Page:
What did it mean to be a Christian in the Roman Empire? In one of the inaugural titles of Oxford's new Essentials in Biblical Studies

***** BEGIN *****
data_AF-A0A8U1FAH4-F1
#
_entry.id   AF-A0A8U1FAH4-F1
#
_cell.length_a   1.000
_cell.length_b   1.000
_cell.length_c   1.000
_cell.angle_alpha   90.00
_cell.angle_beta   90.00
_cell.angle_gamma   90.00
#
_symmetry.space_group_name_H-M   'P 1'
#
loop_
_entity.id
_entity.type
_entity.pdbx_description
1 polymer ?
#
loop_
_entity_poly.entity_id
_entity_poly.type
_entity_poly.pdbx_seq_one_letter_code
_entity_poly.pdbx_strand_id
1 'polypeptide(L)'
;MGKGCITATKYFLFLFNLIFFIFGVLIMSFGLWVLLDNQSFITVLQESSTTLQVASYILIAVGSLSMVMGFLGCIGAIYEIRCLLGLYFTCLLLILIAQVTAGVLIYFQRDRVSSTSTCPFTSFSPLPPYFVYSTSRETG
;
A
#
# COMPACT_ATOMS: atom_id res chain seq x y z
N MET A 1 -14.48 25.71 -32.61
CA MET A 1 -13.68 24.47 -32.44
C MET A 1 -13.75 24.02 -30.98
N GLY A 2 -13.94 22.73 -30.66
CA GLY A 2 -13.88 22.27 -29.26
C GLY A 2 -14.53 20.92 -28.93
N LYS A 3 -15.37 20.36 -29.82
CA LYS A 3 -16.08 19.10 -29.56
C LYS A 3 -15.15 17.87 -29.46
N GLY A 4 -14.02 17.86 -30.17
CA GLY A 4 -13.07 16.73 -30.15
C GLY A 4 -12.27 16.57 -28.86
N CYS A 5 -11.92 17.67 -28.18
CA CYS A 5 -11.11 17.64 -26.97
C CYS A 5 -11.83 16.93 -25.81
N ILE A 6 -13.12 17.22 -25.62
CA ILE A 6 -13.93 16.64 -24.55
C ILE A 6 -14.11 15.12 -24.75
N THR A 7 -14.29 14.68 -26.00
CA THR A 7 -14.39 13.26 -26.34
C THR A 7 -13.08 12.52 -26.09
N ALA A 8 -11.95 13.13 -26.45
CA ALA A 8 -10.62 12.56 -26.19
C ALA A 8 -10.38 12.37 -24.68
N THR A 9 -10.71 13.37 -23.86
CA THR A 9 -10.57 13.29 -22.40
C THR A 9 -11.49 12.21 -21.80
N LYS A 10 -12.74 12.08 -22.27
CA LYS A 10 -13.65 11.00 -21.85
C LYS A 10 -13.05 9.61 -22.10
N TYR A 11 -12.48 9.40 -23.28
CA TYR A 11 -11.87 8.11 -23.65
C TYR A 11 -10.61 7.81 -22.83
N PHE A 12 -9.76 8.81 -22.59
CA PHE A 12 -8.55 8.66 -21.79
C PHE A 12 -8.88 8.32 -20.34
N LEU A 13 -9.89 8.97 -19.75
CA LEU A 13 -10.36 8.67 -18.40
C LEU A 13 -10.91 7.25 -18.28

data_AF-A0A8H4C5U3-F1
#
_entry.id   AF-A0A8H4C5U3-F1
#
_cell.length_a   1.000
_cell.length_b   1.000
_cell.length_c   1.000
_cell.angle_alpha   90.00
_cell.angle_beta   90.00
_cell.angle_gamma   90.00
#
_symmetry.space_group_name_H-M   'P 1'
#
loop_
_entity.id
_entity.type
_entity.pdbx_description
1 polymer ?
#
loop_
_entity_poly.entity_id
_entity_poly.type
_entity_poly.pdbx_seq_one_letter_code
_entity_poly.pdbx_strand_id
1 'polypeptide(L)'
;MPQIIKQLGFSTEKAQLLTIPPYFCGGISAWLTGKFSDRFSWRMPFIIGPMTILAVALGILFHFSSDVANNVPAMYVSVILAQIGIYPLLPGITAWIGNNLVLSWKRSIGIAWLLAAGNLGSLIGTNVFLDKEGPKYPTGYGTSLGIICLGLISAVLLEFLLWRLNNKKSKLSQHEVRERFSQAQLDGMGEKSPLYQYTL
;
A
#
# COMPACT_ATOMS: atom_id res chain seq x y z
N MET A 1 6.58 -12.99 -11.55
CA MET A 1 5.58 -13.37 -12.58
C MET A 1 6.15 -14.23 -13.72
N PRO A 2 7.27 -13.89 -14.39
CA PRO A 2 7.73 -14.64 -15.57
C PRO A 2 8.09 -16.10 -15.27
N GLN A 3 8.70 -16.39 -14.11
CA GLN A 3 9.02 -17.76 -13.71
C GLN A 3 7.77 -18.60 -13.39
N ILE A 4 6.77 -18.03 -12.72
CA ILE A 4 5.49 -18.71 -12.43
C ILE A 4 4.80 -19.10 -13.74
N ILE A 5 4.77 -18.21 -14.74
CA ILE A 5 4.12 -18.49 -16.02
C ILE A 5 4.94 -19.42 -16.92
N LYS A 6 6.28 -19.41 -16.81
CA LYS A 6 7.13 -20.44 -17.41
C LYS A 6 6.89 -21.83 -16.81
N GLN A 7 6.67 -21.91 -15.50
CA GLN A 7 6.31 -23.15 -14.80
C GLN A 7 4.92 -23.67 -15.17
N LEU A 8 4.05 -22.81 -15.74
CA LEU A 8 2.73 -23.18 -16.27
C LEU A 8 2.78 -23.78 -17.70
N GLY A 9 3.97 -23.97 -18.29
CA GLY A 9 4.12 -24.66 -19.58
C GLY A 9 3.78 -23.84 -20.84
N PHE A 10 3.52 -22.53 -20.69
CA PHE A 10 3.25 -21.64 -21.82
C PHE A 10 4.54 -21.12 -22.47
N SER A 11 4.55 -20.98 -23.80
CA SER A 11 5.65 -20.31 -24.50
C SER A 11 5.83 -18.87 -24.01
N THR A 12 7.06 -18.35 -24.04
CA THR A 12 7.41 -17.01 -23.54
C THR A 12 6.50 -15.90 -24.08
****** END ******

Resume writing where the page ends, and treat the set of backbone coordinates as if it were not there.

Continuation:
series, Harry O. Maier considers the multilayered social contexts that shaped the authors and audiences of the New Testament. Beginning with the cosmos and the gods, Maier presents concentric realms of influence on the new religious movement of Christ-followers. The next is that of the empire itself and the sway the cult of the emperor held over believers of a single deity. Within the empire, early Christianity developed mostly in cities, the shape of which often influenced the form of belief. The family stood as the social unit in which daily expression of belief was most clearly on view and, finally, Maier examines the role of personal and individual adherence to the religion in the shaping of the Christian experience in the Roman world. In all of these various realms, concepts of sacrifice, belief, patronage, poverty, Jewishness, integration into city life, and the social constitution of identity are explored as important facets of early Christianity as a lived religion. Maier encourages readers to think of early Christianity not simply as an abstract and disconnected set of beliefs and practices, but as made up of a host of social interactions and pluralisms. Religion thus ceases to exist as a single identity, and acts instead as a sphere in which myriad identities co-exist.
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